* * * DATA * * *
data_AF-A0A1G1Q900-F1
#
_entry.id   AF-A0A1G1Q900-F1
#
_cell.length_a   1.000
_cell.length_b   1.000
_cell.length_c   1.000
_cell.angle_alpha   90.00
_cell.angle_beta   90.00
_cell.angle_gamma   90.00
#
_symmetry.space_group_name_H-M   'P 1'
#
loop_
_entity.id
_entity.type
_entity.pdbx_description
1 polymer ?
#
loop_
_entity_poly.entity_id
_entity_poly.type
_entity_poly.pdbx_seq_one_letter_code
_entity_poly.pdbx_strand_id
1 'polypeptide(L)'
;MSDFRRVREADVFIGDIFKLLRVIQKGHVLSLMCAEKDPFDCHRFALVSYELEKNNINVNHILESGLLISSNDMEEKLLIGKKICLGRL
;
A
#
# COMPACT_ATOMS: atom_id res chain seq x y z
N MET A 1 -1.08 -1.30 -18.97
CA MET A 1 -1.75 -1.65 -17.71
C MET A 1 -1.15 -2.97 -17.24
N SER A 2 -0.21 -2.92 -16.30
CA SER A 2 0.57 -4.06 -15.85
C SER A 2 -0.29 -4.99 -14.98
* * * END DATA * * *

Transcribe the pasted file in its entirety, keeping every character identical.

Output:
data_AF-A0A1G1Q900-F1
#
_entry.id   AF-A0A1G1Q900-F1
#
_cell.length_a   1.000
_cell.length_b   1.000
_cell.length_c   1.000
_cell.angle_alpha   90.00
_cell.angle_beta   90.00
_cell.angle_gamma   90.00
#
_symmetry.space_group_name_H-M   'P 1'
#
loop_
_entity.id
_entity.type
_entity.pdbx_description
1 polymer ?
#
loop_
_entity_poly.entity_id
_entity_poly.type
_entity_poly.pdbx_seq_one_letter_code
_entity_poly.pdbx_strand_id
1 'polypeptide(L)'
;MSDFRRVREADVFIGDIFKLLRVIQKGHVLSLMCAEKDPFDCHRFALVSYELEKNNINVNHILESGLLISSNDMEEKLLIGKKICLGRL
;
A
#
# COMPACT_ATOMS: atom_id res chain seq x y z
N MET A 1 -1.08 -1.30 -18.97
CA MET A 1 -1.75 -1.65 -17.71
C MET A 1 -1.15 -2.97 -17.24
N SER A 2 -0.21 -2.92 -16.30
CA SER A 2 0.57 -4.06 -15.85
C SER A 2 -0.29 -4.99 -14.98